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Tags: GOP Campaign

Romney Eyes Primary Victories, But Conservatives Still Skeptical

Tuesday, 24 April 2012 05:56 PM EDT

The suspense gone, Mitt Romney glided into five primaries on Tuesday as the Republican presidential nominee-in-waiting, piling up national convention delegates while commanding the spotlight to sharpen his appeal for the campaign against President Barack Obama.

Romney was readying a prime-time primary night speech titled "A Better America Begins Today," to be delivered in New Hampshire, one of a dozen or so states expected to be battlegrounds in the fall.

There were 209 delegates at stake Tuesday in primaries in New York, Pennsylvania, Connecticut, Rhode Island and Delaware, the first contests since former rival Rick Santorum conceded the Republican race to Romney.

Romney began the day with 698 delegates of the 1,144 needed for the nomination, compared with 260 for Santorum, 137 for Newt Gingrich and 75 for Ron Paul.

Santorum suspended his campaign two weeks ago rather than risk losing a primary in his home state of Pennsylvania.

Gingrich, too, seemed to be heading toward the sidelines, but first he wanted to see the outcome of the primary in Delaware, where he has campaigned in recent days and has pocketed a few endorsements. Jackie Cushman Gingrich, his daughter, said the former House speaker intended to reassess his debt-strapped candidacy on Wednesday.

The nomination in hand, Romney has begun focusing his attention on Obama in recent days, campaigning in key battleground states, appointing an aide to oversee his search for a vice presidential running mate and accelerating his fundraising for the fall.

On Monday, he offered support for Obama's call for legislation to prevent an increase in the interest rate on some student loans. In a second move toward the middle, he said his campaign was reviewing legislation to let young illegal immigrants brought to the U.S. by their parents apply for non-immigrant visas.

Under a measure being drafted by Florida Sen. Marco Rubio, a potential ticket-mate for Romney, the immigrants affected by the legislation would be allowed to study or work in the United States but would not have a special path to citizenship.

At the same time, Romney is slowly accumulating the delegates to ratify his nomination at the party convention in Tampa, Fla., this summer.

He picked up 12 delegates at congressional district conventions over the weekend in Missouri, a state Santorum once planned to contest heavily in hopes of blocking Romney's path to victory.

Romney's immediate tasks are many. He must consolidate conservatives behind him and begin taking steps to attract independent voters, who are likely to decide the election. He needs to bolster lagging support among women voters, Hispanics and young people.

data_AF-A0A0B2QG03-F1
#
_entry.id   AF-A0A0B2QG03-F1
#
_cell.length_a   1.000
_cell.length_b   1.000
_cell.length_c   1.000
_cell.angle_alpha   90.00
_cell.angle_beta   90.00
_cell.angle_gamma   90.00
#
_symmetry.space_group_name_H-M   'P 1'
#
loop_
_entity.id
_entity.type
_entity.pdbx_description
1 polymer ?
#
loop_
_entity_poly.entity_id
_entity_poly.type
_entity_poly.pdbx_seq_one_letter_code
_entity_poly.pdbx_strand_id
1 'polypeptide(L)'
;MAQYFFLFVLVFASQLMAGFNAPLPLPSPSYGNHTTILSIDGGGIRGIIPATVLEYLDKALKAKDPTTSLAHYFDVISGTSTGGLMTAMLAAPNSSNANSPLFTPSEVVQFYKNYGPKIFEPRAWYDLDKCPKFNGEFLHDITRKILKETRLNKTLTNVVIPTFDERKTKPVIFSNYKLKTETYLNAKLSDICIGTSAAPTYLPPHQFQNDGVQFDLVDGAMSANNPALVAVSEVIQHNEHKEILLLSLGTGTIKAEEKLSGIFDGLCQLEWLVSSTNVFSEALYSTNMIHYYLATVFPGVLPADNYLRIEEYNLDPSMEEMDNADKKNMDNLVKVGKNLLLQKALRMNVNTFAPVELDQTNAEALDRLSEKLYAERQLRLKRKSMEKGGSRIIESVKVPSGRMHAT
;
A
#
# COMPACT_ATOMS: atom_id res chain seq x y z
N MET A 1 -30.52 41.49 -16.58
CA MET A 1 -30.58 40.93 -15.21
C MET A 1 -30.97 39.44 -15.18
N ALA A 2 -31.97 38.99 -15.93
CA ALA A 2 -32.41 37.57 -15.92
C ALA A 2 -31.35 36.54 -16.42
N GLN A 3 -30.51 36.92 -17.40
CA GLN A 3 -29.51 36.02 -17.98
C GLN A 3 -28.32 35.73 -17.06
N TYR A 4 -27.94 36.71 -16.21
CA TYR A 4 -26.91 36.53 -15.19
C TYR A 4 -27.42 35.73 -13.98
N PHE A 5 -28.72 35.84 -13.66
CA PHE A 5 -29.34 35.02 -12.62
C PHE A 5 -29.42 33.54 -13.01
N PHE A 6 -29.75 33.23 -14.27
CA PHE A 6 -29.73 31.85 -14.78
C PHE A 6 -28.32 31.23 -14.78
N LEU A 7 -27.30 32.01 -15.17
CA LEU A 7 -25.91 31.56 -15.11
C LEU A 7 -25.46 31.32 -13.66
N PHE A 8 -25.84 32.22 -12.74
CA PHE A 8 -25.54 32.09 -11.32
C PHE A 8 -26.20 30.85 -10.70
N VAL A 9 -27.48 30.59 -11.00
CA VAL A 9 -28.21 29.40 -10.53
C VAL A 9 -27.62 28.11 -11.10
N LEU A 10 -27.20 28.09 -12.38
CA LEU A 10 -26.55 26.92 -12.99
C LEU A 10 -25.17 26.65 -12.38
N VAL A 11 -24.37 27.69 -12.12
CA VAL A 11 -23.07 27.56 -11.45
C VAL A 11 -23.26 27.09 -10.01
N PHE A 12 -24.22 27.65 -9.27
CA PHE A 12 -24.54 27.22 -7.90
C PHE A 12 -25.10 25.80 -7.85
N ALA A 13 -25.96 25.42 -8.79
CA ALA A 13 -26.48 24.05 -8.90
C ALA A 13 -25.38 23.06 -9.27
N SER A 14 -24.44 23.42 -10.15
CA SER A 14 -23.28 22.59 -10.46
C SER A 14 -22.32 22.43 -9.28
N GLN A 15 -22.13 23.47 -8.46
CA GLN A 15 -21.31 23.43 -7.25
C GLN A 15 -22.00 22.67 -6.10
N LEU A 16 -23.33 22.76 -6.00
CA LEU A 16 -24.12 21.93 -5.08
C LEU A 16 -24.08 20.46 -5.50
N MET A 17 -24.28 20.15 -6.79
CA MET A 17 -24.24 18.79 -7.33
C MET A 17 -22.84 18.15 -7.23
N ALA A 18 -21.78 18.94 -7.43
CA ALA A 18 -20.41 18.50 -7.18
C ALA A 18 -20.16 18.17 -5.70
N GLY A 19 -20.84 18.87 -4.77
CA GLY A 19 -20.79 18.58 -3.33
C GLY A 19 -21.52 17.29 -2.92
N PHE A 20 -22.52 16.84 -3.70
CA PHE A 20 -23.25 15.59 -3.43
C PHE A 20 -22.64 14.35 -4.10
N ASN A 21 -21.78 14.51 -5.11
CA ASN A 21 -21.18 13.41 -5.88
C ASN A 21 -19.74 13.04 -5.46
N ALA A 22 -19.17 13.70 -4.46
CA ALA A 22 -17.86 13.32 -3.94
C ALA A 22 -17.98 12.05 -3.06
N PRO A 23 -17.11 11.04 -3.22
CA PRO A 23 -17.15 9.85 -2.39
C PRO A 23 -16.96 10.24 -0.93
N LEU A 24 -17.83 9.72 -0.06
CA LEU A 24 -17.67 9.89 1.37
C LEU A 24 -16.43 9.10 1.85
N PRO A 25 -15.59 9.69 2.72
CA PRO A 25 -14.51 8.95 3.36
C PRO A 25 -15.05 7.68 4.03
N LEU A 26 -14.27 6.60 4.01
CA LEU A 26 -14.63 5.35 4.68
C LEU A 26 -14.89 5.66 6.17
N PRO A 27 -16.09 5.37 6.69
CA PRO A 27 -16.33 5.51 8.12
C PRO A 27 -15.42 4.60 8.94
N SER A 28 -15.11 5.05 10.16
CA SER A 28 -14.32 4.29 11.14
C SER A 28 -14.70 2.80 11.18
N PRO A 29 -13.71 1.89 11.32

He is also building a much larger staff geared toward the general election after relying on a close coterie of loyal insiders for months.

And he is searching for a vice presidential running mate from among several contenders such as Florida Senator Marco Rubio, who campaigned with him in Pennsylvania on Monday.

In spite of his challenges, Romney begins the campaign in a strong position. National opinion polls show a tight race developing between him and Obama.

Obama, with all the advantages of the incumbency, is well-liked by Americans but there are deep doubts about his handling of the U.S. economy and anger over high gasoline prices which may, however, be trending downward.

He must convince Americans that his prescriptions for the sluggish economy will lead not just to a stock market gains, but to real job growth among the dispirited middle class.

Given the stakes, the campaign will likely be overwhelmingly negative as the two sides battle through TV and radio ads. Both candidates and outside groups that support them are building campaign war chests likely to reach into the hundreds of millions of dollars.

Their goal is to portray the other side as being out of touch with the concerns of ordinary Americans and unable to solve intractable problems from debt to deficits to caring for an aging population.

Tuesday could be the end of the line for former House of Representatives Speaker Gingrich, whose campaign is out of steam and deep in debt. He has been hanging on to keep pressing Romney on conservative issues.

© Copyright 2023 The Associated Press. All rights reserved. This material may not be published, broadcast, rewritten or redistributed.

Tuesday, 24 April 2012 05:56 PM
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